Chicago Mayor Lori Lightfoot Threatens To Bring Back COVID-19 Restrictions If Cases Surge

Lori Lightfoot
Mayor Lori Lightfoot speaks during a news conference Friday, March 20, 2020, in Chicago. On Wednesday, she warned Chicagoans that she’ll reimpose COVID-19 restrictions in the city if cases continue to rise. Charles Rex Arbogast / Associated Press
Lori Lightfoot
Mayor Lori Lightfoot speaks during a news conference Friday, March 20, 2020, in Chicago. On Wednesday, she warned Chicagoans that she’ll reimpose COVID-19 restrictions in the city if cases continue to rise. Charles Rex Arbogast / Associated Press

Chicago Mayor Lori Lightfoot Threatens To Bring Back COVID-19 Restrictions If Cases Surge

Chicago has made “excellent progress” to help curb the spread of COVID-19, but Mayor Lori Lightfoot on Wednesday threatened to reimpose restrictions on people and businesses if the number of COVID-19 cases continues to climb.

“Some of you have joked that I’m like the mom who will turn around the car around when you’re acting up,” Lightfoot said during a news conference. “No friends, it’s actually worse. I won’t just turn the car around. I’m going to shut it off. I’m going to kick you out. And I’m going to make you walk home.”

She singled out young people again, telling those ages 18 to 29, “you are not immune to COVID-19.” In the last month, around 30% of new cases come from this age group. That puts those with whom come into close contact, such as their parents or grandparents, at risk of catching and spreading the virus, Lightfoot warned.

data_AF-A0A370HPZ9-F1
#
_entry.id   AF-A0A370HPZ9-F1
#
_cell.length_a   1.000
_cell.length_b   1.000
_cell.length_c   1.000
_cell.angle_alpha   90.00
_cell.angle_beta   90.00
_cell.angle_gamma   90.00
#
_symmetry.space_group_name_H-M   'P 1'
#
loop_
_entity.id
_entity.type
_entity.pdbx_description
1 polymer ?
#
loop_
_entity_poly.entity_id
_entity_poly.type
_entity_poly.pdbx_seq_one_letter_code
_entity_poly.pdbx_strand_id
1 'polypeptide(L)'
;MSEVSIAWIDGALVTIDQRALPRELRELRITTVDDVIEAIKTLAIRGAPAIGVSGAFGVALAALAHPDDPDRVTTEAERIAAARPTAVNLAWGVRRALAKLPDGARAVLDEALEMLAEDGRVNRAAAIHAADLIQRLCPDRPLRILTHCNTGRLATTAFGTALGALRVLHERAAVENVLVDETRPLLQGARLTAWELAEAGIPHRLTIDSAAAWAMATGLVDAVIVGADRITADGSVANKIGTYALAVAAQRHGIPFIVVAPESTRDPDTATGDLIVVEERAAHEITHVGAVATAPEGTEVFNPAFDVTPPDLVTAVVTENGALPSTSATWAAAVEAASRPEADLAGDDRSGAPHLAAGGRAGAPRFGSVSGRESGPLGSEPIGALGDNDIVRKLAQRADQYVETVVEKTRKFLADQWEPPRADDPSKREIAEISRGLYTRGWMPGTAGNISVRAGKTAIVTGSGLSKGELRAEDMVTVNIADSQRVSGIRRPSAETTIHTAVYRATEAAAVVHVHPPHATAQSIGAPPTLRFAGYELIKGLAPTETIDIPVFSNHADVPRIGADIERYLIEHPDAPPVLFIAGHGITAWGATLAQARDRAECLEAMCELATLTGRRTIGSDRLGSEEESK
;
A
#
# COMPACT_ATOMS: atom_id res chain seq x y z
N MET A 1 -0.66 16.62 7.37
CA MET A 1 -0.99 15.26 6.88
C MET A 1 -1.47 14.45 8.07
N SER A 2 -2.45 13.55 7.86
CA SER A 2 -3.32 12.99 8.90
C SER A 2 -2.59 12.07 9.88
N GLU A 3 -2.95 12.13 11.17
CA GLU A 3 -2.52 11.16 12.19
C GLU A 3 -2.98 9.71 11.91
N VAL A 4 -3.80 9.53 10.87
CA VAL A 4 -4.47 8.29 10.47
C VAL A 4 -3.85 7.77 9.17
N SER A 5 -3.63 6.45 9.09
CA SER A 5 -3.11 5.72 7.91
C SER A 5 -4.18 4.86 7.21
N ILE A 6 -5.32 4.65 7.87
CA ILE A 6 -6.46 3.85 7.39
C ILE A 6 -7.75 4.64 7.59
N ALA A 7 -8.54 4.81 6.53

“If we continue to see this uptick in cases, we’re going to have no choice but to go back into Phase 3,” Lightfoot said. “That means shutting businesses down. That means putting more restrictions on your mobility.”

Chicago is currently in Phase 4 of a five-phase plan to reopen its economy, which was largely shut down in March to slow the spread of the new coronavirus.

Chicago Public Health Commissioner Dr. Allison Arwady on Wednesday ticked off the latest statistics, while encouraging residents and businesses to not be complacent when it comes to COVID-19.

The first thing Arwady said she looks at every day is the average number of newly confirmed cases. Today, it’s around 192 across all ages, races, genders and geography.

“This is our best reflection of the burden of disease,” Arwady said.

In early May when cases in Chicago peaked, the city was adding more than 1,000 new cases a day.

“But we’re a long way from done,” Arwady said.

She cautioned that if the average number of new cases hits 200 — and she does expect additional cases — that puts Chicago back into what she called a “high-incidence state.”

“It does not equal an automatic rollback,” Arwady said.

But if the city sees a lot of cases associated with bars, for example, Chicago leaders might reimpose limits there, the commissioner said. After bars reopened in late June, there were long lines of people waiting to get in, Block Club Chicago reported. Many weren’t wearing masks or staying six feet apart — two key behaviors public health officials recommend to prevent spreading COVID-19.

If the number of cases in Chicago climbs to around 400 a day, Arwady said the city would be on par with states whose residents must quarantine themselves when they arrive in Chicago. And she said that could trigger a return to Phase 3, when City Hall would restrict major activities again.

There are several other metrics public health officials use to guide their decisions about how and when to reopen the economy. The percentage of Chicagoans testing positive for COVID-19, for example, is around 5.3%. (Arwady wants that below 5%). There are fewer people hospitalized or on life-saving ventilators for COVID-19 than at any point since the virus started growing here in March.

There are also fewer deaths per day. During the peak, there were on average nearly 50 patients dying of COVID-19 a day, Arwady said. That’s down to four. There have been a few days with just one death.

“I anticipate likely soon we’ll have our first day, finally, with no COVID-19 deaths here in Chicago,” Arwady said.

Kristen Schorsch covers public health on WBEZ’s government and politics team. Follow her @kschorsch.